But perfect scheming demands omniscience, and the notary’s envy had been stimulated into hatred by causes of which Tito knew nothing. That evening when Tito, returning from his critical audience with the Special Council, had brushed by Ser Ceccone on the stairs, the notary, who had only just returned from Pistoja, and learned the arrest of the conspirators, was bound on an errand which bore a humble resemblance to Tito’s. He also, without giving up a show of popular zeal, had been putting in the Medicean lottery. He also had been privy to the unexecuted plot, and was willing to tell what he knew, but knew much less to tell. He also would have been willing to go on treacherous errands, but a more eligible agent had forestalled him. His propositions were received coldly; the council, he was told, was already in possession of the needed information, and since he had been thus busy in sedition, it would be well for him to retire out of the way of mischief, otherwise the government might be obliged to take note of him. Ser Ceccone wanted no evidence to make him attribute his failure to Tito, and his spite was the more bitter because the nature of the case compelled him to hold his peace about it. Nor was this the whole of his grudge against the flourishing Melema. On issuing from his hiding-place, and attaching himself to the Arrabbiati, he had earned some pay as one of the spies who reported information on Florentine affairs to the Milanese court; but his pay had been small, notwithstanding his pains to write full letters, and he had lately been apprised that his news was seldom more than a late and imperfect edition of what was known already. Now Ser Ceccone had no positive knowledge that Tito had an underhand connection with the Arrabbiati and the Court of Milan, but he had a suspicion of which he chewed the cud with as strong a sense of flavour as if it had been a certainty.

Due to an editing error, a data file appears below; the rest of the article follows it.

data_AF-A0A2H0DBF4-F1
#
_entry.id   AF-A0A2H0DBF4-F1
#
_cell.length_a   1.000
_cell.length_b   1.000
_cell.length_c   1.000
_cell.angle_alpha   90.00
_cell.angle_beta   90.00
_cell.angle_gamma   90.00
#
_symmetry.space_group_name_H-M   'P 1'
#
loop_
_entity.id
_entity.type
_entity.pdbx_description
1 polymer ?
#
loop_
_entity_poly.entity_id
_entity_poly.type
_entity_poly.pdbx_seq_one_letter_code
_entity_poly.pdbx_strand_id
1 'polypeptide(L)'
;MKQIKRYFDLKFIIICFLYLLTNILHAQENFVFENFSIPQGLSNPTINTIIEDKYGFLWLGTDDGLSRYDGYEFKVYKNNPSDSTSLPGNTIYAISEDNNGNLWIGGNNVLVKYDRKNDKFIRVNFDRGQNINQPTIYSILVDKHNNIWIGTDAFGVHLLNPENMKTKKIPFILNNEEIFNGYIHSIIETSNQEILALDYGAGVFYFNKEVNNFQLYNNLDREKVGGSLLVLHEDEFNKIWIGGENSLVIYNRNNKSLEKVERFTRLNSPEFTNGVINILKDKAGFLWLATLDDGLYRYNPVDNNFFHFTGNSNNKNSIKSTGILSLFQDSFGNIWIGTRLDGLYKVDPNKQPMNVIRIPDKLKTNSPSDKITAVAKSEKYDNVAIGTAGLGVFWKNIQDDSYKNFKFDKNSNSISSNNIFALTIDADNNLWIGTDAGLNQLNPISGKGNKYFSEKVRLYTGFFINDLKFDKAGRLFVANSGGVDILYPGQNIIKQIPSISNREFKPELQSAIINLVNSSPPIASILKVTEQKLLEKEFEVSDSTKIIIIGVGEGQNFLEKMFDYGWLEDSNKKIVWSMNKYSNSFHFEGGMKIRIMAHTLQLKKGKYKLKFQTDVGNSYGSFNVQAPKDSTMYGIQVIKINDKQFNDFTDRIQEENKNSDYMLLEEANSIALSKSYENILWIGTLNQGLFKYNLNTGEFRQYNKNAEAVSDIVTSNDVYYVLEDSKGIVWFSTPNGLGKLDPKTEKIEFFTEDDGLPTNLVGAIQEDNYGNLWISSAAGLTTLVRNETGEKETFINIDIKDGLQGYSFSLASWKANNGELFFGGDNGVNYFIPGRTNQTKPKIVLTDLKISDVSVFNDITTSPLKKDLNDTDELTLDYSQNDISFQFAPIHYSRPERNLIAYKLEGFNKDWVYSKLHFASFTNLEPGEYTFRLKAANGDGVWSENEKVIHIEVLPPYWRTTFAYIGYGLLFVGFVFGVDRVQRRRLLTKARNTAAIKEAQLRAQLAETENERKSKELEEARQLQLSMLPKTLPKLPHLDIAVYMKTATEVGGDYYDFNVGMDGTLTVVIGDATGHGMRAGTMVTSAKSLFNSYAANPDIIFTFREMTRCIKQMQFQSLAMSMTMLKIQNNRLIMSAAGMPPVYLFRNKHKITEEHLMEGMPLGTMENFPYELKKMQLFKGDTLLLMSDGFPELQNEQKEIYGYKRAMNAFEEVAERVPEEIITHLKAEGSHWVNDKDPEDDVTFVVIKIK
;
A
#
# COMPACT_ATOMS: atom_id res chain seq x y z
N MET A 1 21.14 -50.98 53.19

This fine-grown vigorous hatred could swallow the feeble opiate of Tito’s favours, and be as lively as ever after it. Why should Ser Ceccone like Melema any the better for doing him favours? Doubtless the suave secretary had his own ends to serve; and what right had he to the superior position which made it possible for him to show favour? But since he had tuned his voice to flattery, Ser Ceccone would pitch his in the same key, and it remained to be seen who would win at the game of outwitting.
To have a mind well oiled with that sort of argument which prevents any claim from grasping it, seems eminently, convenient sometimes; only the oil becomes objectionable when we find it anointing other minds on which we want to establish a hold.
Tito, however, not being quite omniscient, felt now no more than a passing twinge of uneasiness at the suggestion of Ser Ceccone’s power to hurt him. It was only for a little while that he cared greatly about keeping clear of suspicions and hostility. He was now playing his final game in Florence, and the skill he was conscious of applying gave him a pleasure in it even apart from the expected winnings. The errand on which he was bent to San Marco was a stroke in which he felt so much confidence that he had already given notice to the Ten of his desire to resign his office at an indefinite period within the next month or two, and had obtained permission to make that resignation suddenly, if his affairs needed it, with the understanding that Niccolò Macchiavelli was to be his provisional substitute, if not his successor. He was acting on hypothetic grounds, but this was the sort of action that had the keenest interest for his diplomatic mind. From a combination of general knowledge concerning Savonarola’s purposes with diligently observed details he had framed a conjecture which he was about to verify by this visit to San Marco. If he proved to be right, his game would be won, and he might soon turn his back on Florence. He looked eagerly towards that consummation, for many circumstances besides his own weariness of the place told him that it was time for him to be gone.
Note. The old diarists throw in their consonants with a regard rather to quantity than position, well typified by the Ragnolo Braghiello (Agnolo Gabriello) of Boccaccio’s Ferondo.